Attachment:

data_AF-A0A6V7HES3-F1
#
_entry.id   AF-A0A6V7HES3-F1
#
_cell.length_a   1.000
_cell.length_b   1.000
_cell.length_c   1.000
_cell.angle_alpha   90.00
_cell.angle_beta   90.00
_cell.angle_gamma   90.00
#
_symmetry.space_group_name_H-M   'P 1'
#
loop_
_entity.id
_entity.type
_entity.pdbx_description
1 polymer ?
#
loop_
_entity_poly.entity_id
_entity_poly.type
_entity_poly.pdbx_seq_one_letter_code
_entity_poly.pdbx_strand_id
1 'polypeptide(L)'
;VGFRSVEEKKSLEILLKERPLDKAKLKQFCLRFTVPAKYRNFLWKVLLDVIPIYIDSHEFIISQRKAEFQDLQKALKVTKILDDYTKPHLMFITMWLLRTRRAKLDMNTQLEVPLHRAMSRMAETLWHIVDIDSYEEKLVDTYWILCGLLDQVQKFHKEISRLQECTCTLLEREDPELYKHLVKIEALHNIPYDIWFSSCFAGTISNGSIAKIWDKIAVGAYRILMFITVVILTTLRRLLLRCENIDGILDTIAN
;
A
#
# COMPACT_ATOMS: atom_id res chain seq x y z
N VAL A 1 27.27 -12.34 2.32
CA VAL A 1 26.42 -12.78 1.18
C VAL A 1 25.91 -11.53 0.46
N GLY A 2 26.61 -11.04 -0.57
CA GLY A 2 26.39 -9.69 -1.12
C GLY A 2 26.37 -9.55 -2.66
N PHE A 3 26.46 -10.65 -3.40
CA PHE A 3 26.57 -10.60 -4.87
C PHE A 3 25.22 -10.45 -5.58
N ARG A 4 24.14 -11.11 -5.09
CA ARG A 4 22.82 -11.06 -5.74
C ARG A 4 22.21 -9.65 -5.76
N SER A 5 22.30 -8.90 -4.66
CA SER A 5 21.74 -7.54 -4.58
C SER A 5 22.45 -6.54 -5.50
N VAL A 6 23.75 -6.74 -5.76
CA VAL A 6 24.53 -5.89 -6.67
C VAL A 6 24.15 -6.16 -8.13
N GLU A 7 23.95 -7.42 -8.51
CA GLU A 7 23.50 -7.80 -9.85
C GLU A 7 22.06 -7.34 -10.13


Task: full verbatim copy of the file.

data_AF-A0A6V7HES3-F1
#
_entry.id   AF-A0A6V7HES3-F1
#
_cell.length_a   1.000
_cell.length_b   1.000
_cell.length_c   1.000
_cell.angle_alpha   90.00
_cell.angle_beta   90.00
_cell.angle_gamma   90.00
#
_symmetry.space_group_name_H-M   'P 1'
#
loop_
_entity.id
_entity.type
_entity.pdbx_description
1 polymer ?
#
loop_
_entity_poly.entity_id
_entity_poly.type
_entity_poly.pdbx_seq_one_letter_code
_entity_poly.pdbx_strand_id
1 'polypeptide(L)'
;VGFRSVEEKKSLEILLKERPLDKAKLKQFCLRFTVPAKYRNFLWKVLLDVIPIYIDSHEFIISQRKAEFQDLQKALKVTKILDDYTKPHLMFITMWLLRTRRAKLDMNTQLEVPLHRAMSRMAETLWHIVDIDSYEEKLVDTYWILCGLLDQVQKFHKEISRLQECTCTLLEREDPELYKHLVKIEALHNIPYDIWFSSCFAGTISNGSIAKIWDKIAVGAYRILMFITVVILTTLRRLLLRCENIDGILDTIAN
;
A
#
# COMPACT_ATOMS: atom_id res chain seq x y z
N VAL A 1 27.27 -12.34 2.32
CA VAL A 1 26.42 -12.78 1.18
C VAL A 1 25.91 -11.53 0.46
N GLY A 2 26.61 -11.04 -0.57
CA GLY A 2 26.39 -9.69 -1.12
C GLY A 2 26.37 -9.55 -2.66
N PHE A 3 26.46 -10.65 -3.40
CA PHE A 3 26.57 -10.60 -4.87
C PHE A 3 25.22 -10.45 -5.58
N ARG A 4 24.14 -11.11 -5.09
CA ARG A 4 22.82 -11.06 -5.74
C ARG A 4 22.21 -9.65 -5.76
N SER A 5 22.30 -8.90 -4.66
CA SER A 5 21.74 -7.54 -4.58
C SER A 5 22.45 -6.54 -5.50
N VAL A 6 23.75 -6.74 -5.76
CA VAL A 6 24.53 -5.89 -6.67
C VAL A 6 24.15 -6.16 -8.13
N GLU A 7 23.95 -7.42 -8.51
CA GLU A 7 23.50 -7.80 -9.85
C GLU A 7 22.06 -7.34 -10.13